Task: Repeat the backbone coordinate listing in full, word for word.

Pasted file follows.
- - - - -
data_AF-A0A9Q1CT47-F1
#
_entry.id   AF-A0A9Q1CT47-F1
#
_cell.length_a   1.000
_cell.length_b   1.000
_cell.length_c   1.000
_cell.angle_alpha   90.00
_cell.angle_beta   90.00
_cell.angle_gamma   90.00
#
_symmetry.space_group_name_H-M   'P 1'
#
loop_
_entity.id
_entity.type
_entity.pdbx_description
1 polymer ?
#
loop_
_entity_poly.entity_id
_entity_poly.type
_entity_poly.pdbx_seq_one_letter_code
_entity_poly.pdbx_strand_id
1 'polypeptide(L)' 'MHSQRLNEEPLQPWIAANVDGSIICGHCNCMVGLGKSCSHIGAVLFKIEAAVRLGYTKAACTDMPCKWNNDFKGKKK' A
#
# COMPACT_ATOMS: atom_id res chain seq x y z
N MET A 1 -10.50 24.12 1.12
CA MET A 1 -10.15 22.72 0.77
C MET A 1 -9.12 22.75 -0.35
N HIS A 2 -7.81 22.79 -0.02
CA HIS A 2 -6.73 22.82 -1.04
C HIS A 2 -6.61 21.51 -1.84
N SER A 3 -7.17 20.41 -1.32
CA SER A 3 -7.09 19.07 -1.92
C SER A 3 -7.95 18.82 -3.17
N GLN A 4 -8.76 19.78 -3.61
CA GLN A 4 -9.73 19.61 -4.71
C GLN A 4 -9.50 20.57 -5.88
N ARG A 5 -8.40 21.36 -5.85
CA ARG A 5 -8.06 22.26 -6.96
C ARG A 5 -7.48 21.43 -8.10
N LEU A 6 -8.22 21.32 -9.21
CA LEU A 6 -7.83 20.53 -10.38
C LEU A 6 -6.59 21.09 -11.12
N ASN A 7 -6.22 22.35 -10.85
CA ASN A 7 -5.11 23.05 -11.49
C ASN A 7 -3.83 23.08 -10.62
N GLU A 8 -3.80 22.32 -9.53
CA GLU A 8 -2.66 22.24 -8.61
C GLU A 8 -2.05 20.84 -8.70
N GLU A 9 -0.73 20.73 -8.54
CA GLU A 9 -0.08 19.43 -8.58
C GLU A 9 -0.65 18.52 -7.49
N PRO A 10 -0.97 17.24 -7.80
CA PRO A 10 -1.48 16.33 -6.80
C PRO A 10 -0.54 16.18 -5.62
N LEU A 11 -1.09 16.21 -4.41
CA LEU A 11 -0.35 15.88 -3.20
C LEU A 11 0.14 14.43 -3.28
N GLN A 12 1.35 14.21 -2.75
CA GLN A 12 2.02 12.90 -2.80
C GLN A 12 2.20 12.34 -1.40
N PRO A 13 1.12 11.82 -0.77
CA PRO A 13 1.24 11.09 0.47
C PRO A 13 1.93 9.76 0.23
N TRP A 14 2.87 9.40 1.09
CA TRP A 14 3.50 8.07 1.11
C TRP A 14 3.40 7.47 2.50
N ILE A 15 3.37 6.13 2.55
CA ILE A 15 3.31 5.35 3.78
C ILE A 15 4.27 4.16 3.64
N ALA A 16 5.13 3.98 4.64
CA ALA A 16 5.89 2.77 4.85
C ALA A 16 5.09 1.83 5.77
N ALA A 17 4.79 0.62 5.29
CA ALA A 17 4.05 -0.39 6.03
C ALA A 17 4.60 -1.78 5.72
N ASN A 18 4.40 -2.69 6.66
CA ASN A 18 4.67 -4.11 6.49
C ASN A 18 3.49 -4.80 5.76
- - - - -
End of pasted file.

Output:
data_AF-A0A9Q1CT47-F1
#
_entry.id   AF-A0A9Q1CT47-F1
#
_cell.length_a   1.000
_cell.length_b   1.000
_cell.length_c   1.000
_cell.angle_alpha   90.00
_cell.angle_beta   90.00
_cell.angle_gamma   90.00
#
_symmetry.space_group_name_H-M   'P 1'
#
loop_
_entity.id
_entity.type
_entity.pdbx_description
1 polymer ?
#
loop_
_entity_poly.entity_id
_entity_poly.type
_entity_poly.pdbx_seq_one_letter_code
_entity_poly.pdbx_strand_id
1 'polypeptide(L)' 'MHSQRLNEEPLQPWIAANVDGSIICGHCNCMVGLGKSCSHIGAVLFKIEAAVRLGYTKAACTDMPCKWNNDFKGKKK' A
#
# COMPACT_ATOMS: atom_id res chain seq x y z
N MET A 1 -10.50 24.12 1.12
CA MET A 1 -10.15 22.72 0.77
C MET A 1 -9.12 22.75 -0.35
N HIS A 2 -7.81 22.79 -0.02
CA HIS A 2 -6.73 22.82 -1.04
C HIS A 2 -6.61 21.51 -1.84
N SER A 3 -7.17 20.41 -1.32
CA SER A 3 -7.09 19.07 -1.92
C SER A 3 -7.95 18.82 -3.17
N GLN A 4 -8.76 19.78 -3.61
CA GLN A 4 -9.73 19.61 -4.71
C GLN A 4 -9.50 20.57 -5.88
N ARG A 5 -8.40 21.36 -5.85
CA ARG A 5 -8.06 22.26 -6.96
C ARG A 5 -7.48 21.43 -8.10
N LEU A 6 -8.22 21.32 -9.21
CA LEU A 6 -7.83 20.53 -10.38
C LEU A 6 -6.59 21.09 -11.12
N ASN A 7 -6.22 22.35 -10.85
CA ASN A 7 -5.11 23.05 -11.49
C ASN A 7 -3.83 23.08 -10.62
N GLU A 8 -3.80 22.32 -9.53
CA GLU A 8 -2.66 22.24 -8.61
C GLU A 8 -2.05 20.84 -8.70
N GLU A 9 -0.73 20.73 -8.54
CA GLU A 9 -0.08 19.43 -8.58
C GLU A 9 -0.65 18.52 -7.49
N PRO A 10 -0.97 17.24 -7.80
CA PRO A 10 -1.48 16.33 -6.80
C PRO A 10 -0.54 16.18 -5.62
N LEU A 11 -1.09 16.21 -4.41
CA LEU A 11 -0.35 15.88 -3.20
C LEU A 11 0.14 14.43 -3.28
N GLN A 12 1.35 14.21 -2.75
CA GLN A 12 2.02 12.90 -2.80
C GLN A 12 2.20 12.34 -1.40
N PRO A 13 1.12 11.82 -0.77
CA PRO A 13 1.24 11.09 0.47
C PRO A 13 1.93 9.76 0.23
N TRP A 14 2.87 9.40 1.09
CA TRP A 14 3.50 8.07 1.11
C TRP A 14 3.40 7.47 2.50
N ILE A 15 3.37 6.13 2.55
CA ILE A 15 3.31 5.35 3.78
C ILE A 15 4.27 4.16 3.64
N ALA A 16 5.13 3.98 4.64
CA ALA A 16 5.89 2.77 4.85
C ALA A 16 5.09 1.83 5.77
N ALA A 17 4.79 0.62 5.29
CA ALA A 17 4.05 -0.39 6.03
C ALA A 17 4.60 -1.78 5.72
N ASN A 18 4.40 -2.69 6.66
CA ASN A 18 4.67 -4.11 6.49
C ASN A 18 3.49 -4.80 5.76